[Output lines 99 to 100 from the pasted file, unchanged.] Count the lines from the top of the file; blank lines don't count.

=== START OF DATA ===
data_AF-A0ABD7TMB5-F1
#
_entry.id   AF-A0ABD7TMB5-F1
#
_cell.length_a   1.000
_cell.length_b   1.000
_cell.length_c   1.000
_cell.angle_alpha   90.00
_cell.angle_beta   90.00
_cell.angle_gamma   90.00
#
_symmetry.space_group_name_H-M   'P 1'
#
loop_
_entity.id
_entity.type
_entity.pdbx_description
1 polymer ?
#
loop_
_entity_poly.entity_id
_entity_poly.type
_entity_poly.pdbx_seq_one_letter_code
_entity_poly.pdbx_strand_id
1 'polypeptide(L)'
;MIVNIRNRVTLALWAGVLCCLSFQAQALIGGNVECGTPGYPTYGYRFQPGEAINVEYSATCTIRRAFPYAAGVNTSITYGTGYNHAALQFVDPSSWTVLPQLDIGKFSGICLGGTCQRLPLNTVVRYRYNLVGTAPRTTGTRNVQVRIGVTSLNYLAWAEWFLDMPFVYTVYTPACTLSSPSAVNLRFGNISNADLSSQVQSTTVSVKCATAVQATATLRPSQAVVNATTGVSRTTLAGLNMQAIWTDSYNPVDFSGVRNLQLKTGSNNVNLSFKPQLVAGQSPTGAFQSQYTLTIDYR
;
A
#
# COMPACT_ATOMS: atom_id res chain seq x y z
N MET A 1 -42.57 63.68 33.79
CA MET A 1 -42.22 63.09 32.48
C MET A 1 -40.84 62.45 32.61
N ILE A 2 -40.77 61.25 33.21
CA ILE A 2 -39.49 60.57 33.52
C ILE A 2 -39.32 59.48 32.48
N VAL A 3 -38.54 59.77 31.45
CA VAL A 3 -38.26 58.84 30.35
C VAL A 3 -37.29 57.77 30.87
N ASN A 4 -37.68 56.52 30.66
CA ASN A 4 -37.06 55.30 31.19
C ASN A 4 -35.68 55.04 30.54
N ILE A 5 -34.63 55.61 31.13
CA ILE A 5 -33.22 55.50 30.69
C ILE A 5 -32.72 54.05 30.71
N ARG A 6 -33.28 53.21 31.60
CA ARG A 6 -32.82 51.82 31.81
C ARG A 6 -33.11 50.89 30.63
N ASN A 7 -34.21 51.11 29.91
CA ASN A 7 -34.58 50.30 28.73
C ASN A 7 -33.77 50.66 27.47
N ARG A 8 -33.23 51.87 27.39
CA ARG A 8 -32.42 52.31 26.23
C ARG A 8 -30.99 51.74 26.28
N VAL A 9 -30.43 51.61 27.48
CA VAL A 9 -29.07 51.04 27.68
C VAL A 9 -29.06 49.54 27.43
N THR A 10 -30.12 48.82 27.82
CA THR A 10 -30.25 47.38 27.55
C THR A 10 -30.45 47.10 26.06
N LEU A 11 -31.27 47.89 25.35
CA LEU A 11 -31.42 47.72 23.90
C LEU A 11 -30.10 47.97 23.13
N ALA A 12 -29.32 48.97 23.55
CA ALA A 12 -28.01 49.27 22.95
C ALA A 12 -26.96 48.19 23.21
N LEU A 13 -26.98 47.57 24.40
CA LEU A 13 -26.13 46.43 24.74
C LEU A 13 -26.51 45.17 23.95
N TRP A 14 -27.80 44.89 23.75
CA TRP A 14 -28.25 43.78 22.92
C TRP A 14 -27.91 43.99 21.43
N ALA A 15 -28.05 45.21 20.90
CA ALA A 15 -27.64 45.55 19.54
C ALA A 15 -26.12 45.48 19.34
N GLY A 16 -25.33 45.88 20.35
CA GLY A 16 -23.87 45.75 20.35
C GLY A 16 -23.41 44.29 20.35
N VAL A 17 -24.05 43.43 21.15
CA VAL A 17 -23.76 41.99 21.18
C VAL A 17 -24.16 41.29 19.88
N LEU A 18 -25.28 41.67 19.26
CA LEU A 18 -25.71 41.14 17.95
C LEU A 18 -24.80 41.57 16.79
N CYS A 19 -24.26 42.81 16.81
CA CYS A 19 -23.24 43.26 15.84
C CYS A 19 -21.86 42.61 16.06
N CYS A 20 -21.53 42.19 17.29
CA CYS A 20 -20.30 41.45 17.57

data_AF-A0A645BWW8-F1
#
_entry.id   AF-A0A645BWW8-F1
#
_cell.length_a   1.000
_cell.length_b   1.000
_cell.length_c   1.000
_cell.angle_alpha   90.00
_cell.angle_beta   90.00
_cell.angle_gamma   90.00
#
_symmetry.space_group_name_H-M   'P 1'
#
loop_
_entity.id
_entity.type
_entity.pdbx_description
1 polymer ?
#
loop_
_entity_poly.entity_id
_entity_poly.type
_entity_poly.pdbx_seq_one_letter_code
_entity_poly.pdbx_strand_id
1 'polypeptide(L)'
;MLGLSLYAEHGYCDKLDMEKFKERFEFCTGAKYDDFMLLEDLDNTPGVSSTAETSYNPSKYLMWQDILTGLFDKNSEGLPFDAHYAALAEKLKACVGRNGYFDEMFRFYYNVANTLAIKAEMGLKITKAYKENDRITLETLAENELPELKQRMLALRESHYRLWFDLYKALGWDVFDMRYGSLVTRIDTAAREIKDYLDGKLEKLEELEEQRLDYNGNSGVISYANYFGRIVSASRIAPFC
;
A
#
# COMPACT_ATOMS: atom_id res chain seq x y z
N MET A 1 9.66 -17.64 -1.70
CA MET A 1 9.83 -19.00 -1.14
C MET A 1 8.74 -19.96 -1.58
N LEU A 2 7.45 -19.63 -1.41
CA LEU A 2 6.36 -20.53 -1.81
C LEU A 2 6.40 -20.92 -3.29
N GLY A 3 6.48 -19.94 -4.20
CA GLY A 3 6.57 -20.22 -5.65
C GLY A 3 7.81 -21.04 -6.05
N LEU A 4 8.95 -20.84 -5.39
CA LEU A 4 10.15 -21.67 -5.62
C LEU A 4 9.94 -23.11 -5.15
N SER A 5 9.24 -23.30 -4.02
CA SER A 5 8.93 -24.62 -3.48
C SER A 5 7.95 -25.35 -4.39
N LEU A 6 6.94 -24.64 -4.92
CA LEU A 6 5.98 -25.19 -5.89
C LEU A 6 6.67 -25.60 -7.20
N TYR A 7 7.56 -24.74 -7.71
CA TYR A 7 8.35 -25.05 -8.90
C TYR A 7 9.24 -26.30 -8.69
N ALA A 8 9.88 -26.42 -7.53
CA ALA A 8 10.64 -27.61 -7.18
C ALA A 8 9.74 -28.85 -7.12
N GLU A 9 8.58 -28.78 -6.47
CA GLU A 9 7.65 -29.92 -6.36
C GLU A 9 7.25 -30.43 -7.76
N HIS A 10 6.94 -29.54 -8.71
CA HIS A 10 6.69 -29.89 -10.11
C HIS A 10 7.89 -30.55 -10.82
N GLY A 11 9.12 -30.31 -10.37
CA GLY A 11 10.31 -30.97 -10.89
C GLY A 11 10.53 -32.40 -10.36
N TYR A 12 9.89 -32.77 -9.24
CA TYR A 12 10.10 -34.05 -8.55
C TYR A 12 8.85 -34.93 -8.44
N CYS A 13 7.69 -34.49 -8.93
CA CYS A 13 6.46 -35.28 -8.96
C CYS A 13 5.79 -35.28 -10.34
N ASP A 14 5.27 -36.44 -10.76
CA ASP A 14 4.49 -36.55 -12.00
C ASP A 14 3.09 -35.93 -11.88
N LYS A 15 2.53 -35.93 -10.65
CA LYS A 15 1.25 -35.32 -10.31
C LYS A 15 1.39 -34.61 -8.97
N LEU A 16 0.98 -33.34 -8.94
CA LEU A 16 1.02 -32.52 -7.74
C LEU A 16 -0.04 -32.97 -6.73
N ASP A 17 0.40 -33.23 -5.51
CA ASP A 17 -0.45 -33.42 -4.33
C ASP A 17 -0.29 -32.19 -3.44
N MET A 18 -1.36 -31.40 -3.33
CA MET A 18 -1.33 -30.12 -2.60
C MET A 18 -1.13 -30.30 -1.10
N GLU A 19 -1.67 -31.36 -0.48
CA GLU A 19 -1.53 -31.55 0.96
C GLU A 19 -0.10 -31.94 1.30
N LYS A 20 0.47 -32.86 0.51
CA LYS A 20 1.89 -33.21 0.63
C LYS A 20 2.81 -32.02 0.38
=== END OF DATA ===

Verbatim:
_cell.angle_gamma   90.00
#